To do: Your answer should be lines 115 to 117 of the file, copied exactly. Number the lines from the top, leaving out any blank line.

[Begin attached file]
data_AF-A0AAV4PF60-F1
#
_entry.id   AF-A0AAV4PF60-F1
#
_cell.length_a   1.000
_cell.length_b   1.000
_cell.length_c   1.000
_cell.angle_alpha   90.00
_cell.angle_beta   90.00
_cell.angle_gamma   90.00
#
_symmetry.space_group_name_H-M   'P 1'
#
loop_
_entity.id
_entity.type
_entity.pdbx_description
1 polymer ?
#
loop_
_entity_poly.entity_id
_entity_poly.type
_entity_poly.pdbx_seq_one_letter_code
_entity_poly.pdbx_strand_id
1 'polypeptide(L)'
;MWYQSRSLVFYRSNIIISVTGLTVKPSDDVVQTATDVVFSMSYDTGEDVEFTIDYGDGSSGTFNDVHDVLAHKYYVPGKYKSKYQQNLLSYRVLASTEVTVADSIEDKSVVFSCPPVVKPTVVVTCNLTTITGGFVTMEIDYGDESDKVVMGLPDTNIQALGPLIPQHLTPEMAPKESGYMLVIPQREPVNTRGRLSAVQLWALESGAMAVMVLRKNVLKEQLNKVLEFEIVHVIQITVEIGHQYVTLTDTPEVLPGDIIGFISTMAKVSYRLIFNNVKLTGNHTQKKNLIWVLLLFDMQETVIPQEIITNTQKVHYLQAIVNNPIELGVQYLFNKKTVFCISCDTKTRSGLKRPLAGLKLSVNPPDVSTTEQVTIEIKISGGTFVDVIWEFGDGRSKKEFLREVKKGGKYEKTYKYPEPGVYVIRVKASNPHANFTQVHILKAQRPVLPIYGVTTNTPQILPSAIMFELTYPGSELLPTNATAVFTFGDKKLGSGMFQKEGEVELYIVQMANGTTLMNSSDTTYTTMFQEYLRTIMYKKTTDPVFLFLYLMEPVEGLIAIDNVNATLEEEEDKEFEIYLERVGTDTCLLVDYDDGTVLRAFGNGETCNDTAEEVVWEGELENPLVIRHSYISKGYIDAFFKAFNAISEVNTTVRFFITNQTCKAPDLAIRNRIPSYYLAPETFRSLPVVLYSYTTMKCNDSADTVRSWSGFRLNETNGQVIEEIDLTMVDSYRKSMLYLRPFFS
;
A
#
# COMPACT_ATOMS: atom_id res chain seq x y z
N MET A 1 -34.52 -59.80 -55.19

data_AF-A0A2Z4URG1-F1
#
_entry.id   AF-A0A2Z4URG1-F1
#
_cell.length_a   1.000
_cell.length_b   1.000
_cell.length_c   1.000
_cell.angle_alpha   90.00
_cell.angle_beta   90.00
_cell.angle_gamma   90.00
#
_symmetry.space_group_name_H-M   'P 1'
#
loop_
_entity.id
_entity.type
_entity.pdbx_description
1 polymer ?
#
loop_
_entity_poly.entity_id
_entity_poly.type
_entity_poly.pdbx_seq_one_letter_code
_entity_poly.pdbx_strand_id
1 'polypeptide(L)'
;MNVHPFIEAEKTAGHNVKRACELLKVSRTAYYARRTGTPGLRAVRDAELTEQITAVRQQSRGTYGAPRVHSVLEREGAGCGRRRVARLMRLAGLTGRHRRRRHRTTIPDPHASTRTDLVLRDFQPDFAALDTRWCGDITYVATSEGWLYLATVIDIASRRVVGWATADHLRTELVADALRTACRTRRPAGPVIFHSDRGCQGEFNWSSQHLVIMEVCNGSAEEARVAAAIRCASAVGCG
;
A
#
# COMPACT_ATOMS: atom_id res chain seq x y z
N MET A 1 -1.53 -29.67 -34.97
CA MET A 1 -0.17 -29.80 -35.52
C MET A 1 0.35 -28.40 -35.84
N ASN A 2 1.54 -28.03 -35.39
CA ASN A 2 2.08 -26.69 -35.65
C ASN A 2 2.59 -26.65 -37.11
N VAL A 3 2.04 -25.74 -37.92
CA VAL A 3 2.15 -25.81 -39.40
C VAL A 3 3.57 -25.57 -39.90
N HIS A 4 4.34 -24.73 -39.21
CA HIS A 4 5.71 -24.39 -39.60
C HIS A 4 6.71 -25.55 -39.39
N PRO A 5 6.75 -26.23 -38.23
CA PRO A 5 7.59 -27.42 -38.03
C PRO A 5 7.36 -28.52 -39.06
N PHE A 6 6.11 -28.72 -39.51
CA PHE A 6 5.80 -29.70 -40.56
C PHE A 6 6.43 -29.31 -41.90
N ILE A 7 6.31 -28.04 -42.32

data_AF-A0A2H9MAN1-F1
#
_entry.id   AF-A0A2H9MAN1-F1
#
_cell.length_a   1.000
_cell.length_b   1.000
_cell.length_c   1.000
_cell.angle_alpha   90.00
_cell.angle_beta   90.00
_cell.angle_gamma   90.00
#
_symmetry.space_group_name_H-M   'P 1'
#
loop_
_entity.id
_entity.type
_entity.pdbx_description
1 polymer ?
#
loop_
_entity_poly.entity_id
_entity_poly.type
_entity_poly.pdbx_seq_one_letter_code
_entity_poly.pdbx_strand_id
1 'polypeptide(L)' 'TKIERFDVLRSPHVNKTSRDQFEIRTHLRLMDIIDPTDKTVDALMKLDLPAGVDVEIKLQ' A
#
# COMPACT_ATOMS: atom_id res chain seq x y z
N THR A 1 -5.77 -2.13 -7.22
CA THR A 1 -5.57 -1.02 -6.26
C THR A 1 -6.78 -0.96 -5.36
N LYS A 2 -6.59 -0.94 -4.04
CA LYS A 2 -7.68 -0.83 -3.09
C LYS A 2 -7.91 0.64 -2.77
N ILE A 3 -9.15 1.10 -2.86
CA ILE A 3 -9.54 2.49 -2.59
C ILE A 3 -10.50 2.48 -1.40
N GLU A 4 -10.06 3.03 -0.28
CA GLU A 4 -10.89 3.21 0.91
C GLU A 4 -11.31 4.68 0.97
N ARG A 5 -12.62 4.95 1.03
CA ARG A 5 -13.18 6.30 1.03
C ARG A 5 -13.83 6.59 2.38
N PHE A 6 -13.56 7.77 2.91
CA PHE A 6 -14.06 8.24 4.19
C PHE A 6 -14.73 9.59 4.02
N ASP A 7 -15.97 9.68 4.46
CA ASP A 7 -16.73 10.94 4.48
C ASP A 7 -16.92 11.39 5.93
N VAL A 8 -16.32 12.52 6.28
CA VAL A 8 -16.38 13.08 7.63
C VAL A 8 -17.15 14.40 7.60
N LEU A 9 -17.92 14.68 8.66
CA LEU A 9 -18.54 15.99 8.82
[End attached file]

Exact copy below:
CA ILE A 3 -9.54 2.49 -2.59
C ILE A 3 -10.50 2.48 -1.40
N GLU A 4 -10.06 3.03 -0.28